A Psychologist Helps You Resolve the Money Versus Compatibility Dilemma When Choosing A Life Partner
Here's how to balance the material and immaterial in your romantic aspirations.
By Mark Travers, Ph.D. | May 12, 2023
We often think about money as a dirty complication that maligns the purity of love. In the same breath, love is often looked at as a naive, blinding condition that has no business featuring in grown-up conversations about finances.
The fact remains, however, that both of these things are here to stay and thus need to coexist peacefully.
If you find yourself tip-toeing around a money conversation in your relationship or are in the middle of a dilemma that is forcing you to choose between these two life-sustaining forces, here are three science-backed wisdoms that can help you.
#1. Play the long game
When facing a choice between a long-term partner who has the ability to benefit you (in a material way) and a partner who is willing to benefit you (through generosity, cooperation, trustworthiness, etc.), recent research published in the Journal of Experimental Psychology: General suggests that you favor the latter.
At the end of the day, a romantic relationship isn't a job opening that one can ace their way into.
Another study explains that warmth, as opposed to competence, is a much rarer quality and is therefore of higher long-term value.
This isn't to say that your potential partner's financial situation shouldn't be a consideration – and wanting to know someone's bank balance does not make you shallow.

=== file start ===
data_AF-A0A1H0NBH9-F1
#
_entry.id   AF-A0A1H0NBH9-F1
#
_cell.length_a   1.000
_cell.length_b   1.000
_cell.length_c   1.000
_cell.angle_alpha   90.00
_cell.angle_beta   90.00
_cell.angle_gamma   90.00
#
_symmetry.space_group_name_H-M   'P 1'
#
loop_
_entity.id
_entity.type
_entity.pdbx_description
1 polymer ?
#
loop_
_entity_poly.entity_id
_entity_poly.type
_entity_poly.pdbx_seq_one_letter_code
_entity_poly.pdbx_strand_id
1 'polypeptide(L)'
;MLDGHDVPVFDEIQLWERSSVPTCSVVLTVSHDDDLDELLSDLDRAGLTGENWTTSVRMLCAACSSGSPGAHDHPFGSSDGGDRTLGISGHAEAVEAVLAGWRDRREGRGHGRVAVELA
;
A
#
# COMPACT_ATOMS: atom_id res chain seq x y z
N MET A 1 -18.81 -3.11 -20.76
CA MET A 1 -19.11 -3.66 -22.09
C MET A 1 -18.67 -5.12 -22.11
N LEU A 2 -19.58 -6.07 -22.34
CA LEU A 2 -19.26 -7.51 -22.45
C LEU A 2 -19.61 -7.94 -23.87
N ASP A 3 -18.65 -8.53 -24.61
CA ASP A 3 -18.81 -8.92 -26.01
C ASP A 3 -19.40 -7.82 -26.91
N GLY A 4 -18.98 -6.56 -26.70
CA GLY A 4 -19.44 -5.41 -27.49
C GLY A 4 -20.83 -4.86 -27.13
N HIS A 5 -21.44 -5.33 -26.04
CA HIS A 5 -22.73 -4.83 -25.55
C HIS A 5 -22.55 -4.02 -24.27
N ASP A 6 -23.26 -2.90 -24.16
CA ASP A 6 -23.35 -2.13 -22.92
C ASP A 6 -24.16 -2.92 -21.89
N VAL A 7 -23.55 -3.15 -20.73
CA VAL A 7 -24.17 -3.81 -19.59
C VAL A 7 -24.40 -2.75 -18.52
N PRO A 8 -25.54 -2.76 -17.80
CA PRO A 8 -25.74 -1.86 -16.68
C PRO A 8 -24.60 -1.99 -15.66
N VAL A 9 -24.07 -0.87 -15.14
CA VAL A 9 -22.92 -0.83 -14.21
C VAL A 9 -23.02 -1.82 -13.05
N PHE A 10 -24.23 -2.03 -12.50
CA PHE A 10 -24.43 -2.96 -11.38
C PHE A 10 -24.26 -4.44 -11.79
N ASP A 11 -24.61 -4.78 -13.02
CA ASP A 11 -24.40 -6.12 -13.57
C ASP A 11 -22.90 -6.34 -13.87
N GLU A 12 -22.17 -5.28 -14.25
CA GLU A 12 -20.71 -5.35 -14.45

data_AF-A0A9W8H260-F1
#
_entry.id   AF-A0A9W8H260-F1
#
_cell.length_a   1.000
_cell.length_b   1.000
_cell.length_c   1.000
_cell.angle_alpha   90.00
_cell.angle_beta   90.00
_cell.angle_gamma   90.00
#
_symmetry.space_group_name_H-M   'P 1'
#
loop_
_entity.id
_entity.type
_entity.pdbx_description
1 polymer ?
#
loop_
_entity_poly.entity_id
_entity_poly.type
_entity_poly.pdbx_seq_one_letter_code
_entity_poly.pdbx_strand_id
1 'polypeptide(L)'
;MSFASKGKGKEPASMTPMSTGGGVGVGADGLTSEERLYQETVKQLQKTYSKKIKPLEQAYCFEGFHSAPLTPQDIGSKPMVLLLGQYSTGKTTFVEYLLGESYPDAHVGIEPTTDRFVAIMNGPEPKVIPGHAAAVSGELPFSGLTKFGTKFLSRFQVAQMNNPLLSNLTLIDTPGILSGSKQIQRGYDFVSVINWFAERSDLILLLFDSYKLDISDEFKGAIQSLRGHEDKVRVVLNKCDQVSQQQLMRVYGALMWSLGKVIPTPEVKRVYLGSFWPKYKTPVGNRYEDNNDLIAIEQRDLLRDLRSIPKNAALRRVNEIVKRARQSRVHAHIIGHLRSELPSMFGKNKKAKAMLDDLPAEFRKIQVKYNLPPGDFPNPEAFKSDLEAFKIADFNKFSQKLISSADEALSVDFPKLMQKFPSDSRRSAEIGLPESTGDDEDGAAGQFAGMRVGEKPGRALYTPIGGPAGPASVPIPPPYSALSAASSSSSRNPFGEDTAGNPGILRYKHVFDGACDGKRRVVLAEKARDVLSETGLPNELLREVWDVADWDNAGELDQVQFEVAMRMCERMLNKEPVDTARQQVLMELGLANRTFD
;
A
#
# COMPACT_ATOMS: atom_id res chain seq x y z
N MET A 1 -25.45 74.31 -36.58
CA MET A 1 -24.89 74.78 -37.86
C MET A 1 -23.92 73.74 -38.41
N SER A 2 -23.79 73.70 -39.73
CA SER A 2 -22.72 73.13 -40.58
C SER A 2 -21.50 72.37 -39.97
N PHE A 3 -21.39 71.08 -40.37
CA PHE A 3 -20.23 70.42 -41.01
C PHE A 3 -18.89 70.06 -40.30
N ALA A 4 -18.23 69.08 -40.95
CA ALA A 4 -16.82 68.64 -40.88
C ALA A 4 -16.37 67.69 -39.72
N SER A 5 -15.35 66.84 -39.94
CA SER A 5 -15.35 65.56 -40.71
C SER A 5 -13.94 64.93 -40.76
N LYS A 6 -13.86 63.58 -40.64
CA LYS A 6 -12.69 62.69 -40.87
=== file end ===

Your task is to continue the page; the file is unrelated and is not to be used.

However, you may not want to put wealth and status at the very top of your priority list as it can occlude the really important stuff – i.e., the person's character.
"When one is overcome with the temptation to chase affiliations with those who are rich and famous, one might be wise to consider the long-term consequences," explains researcher Nathan Dhaliwal of the University of British Columbia. "It can really pay to build connections with those who have shown a keen interest in being trustworthy and loyal."
#2. Love is the real investment
Focusing on how the money or power your partner possesses can help you reach your goals slowly robs them of their personhood, according to a study published in The British Journal of Social Psychology. The researchers refer to this pernicious thought pattern as an 'instrumental perspective.'
Such a perspective can slowly objectify your partner, turning them into a means to an end for you.
This does not mean that your partner enabling your dreams through their money makes your relationship impure. In fact, joining hands with your partner financially to achieve a goal can be a smart and ultimately rewarding decision.
However, you have to keep your relationship from becoming entirely about 'utility.' In other words, if the foundation of your relationship is based on social and/or economic climbing, there might be little hope for it turning into love. Utility-based relationships are likely to be short-lived, as one person can only be useful to another for a while. It is only a matter of time before someone more useful comes along and changes the game.
#3. Happiness pays dividends
Would you rather live an affluent life with someone you have lukewarm feelings for or a difficult life with someone who brings out the best in you? A study published in Personality and Individual Differences suggests that this question is wrongly posed, as it operates on the implicit (and popular) assumption that money leads to happiness. What the study found was a strong correlation between positive emotions and wealth creation.
Choosing a rich partner you may not be compatible with might lead to lower relationship satisfaction, a poorer quality of life, and frequent negative emotions. Choosing a partner you enjoy spending time with and even admire can fill your life with joy and a sense of purpose.
It might be wise, then, to be in a relationship where both partners are, first and foremost, happy with each other and elicit positive emotions for one another. These positive emotions can propel you to generate wealth together, as a unit.